With GDPR only seven months away now, one aspect of compliance we all need to consider is how to secure personally identifiable information (PII) on laptops and other mobile devices. This data is harder to control and at a greater risk of being compromised because it’s not behind the company firewall.
However, I believe that there’s no need to panic. If you take a strategic approach to data protection you’re well on the way to achieving compliance, and there are some useful tools available to help you address the mobile issue.
The first step is to work out where your PII actually is. Around 20 per cent is likely to be in specific applications such as databases and CRM systems, and this is straightforward to identify and protect. It should be easy to find any copies on mobile devices, and if they don’t need to be there you can simply move them to secure internal storage or delete them.
The remaining 80 per cent of data is harder to categorise. But do you actually need to protect most of this information? Material such as proposals, reports, technical documentation and internal quality, process and admin documents all contain minimal PII – primarily just the name and job title of the recipient, which is already in the public domain on LinkedIn etc. These documents aren’t are a significant GDPR risk and normal good security practice will be suitable.
If you believe there’s PII on corporate mobile devices, you can use software tools such as Druva inSync to scan files and data as part of the device’s backup and recovery process. This will identify potential PII and other sensitive data, which you can then protect or delete in line with your company policy. You don’t even have to buy the software yourself - we offer this capability as a service, and as well as providing backup and restoration we offer compliance and legal hold with scalable, encrypted backup storage.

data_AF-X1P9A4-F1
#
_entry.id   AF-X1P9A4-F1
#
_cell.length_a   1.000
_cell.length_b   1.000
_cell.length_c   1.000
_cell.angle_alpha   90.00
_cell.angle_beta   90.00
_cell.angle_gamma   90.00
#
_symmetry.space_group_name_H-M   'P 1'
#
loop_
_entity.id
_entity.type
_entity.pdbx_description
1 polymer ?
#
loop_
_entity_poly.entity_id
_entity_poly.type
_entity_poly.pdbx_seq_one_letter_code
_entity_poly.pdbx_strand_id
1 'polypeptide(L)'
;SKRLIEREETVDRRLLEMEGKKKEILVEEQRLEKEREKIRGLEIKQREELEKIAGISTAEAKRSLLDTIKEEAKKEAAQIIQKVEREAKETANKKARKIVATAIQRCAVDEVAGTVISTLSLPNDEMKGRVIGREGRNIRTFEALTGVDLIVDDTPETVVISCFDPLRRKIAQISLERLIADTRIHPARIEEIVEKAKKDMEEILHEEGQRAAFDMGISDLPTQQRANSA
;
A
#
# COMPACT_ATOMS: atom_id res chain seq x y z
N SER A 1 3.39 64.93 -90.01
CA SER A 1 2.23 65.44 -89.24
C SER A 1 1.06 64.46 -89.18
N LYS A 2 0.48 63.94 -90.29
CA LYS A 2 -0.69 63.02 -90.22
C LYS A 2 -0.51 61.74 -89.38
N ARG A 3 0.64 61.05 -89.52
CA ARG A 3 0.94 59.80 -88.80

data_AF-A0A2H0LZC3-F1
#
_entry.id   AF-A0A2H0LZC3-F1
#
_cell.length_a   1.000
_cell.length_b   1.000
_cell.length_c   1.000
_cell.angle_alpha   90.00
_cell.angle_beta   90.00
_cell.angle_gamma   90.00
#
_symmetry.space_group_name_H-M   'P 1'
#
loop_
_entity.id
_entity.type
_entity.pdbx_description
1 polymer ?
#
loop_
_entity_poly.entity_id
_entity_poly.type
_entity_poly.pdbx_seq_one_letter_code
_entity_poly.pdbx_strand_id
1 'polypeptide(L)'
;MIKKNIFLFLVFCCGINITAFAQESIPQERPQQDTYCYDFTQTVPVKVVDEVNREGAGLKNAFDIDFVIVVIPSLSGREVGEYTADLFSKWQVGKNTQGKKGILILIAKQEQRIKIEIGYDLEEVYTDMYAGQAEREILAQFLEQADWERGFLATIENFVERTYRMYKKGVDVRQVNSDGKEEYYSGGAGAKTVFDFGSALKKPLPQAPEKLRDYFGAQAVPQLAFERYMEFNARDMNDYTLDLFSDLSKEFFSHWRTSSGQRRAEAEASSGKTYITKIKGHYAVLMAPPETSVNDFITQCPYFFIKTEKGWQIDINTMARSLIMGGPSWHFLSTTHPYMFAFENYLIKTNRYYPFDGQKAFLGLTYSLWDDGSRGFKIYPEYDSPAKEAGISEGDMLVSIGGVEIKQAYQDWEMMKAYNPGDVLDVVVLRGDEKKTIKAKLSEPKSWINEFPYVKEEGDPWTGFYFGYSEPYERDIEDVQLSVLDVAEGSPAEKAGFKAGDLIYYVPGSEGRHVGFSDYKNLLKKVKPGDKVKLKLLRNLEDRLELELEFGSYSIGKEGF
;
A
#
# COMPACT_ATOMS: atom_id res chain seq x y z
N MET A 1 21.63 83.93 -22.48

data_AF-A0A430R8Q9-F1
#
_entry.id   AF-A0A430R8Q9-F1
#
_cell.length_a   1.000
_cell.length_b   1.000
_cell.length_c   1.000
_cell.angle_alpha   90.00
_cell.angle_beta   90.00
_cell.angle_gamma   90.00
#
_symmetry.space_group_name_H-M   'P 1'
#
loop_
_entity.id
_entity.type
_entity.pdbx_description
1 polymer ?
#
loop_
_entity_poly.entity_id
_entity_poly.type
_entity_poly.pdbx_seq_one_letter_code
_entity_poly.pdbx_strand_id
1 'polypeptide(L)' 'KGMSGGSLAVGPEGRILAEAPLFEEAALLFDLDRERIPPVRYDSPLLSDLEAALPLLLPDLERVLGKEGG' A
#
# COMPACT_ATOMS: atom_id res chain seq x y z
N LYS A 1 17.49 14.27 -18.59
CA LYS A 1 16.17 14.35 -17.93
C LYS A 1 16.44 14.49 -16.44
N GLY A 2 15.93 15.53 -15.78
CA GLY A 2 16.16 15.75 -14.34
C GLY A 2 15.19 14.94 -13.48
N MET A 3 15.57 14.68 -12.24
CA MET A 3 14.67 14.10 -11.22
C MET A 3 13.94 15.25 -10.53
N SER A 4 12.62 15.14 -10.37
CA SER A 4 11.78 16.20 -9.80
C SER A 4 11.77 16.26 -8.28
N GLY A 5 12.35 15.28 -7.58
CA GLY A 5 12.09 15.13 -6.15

Most important of all, you need a data security policy for your company’s mobile devices which is enforceable, realistic, unambiguous, acceptable to users and avoids violating personal privacy laws. The key is to minimise the amount of data transferred to or held on the device. There are various ways to do this, and we’re happy to advise you on the options.
Overall I believe GDPR is a business issue, not a technology problem. Technology can help by providing useful search and archive tools but the key is a clearly defined and well understood GDPR adherence policy, with appropriate business processes to ensure compliance and continual good cyber security discipline.
There’s more information in my recent article in GDPR:Report.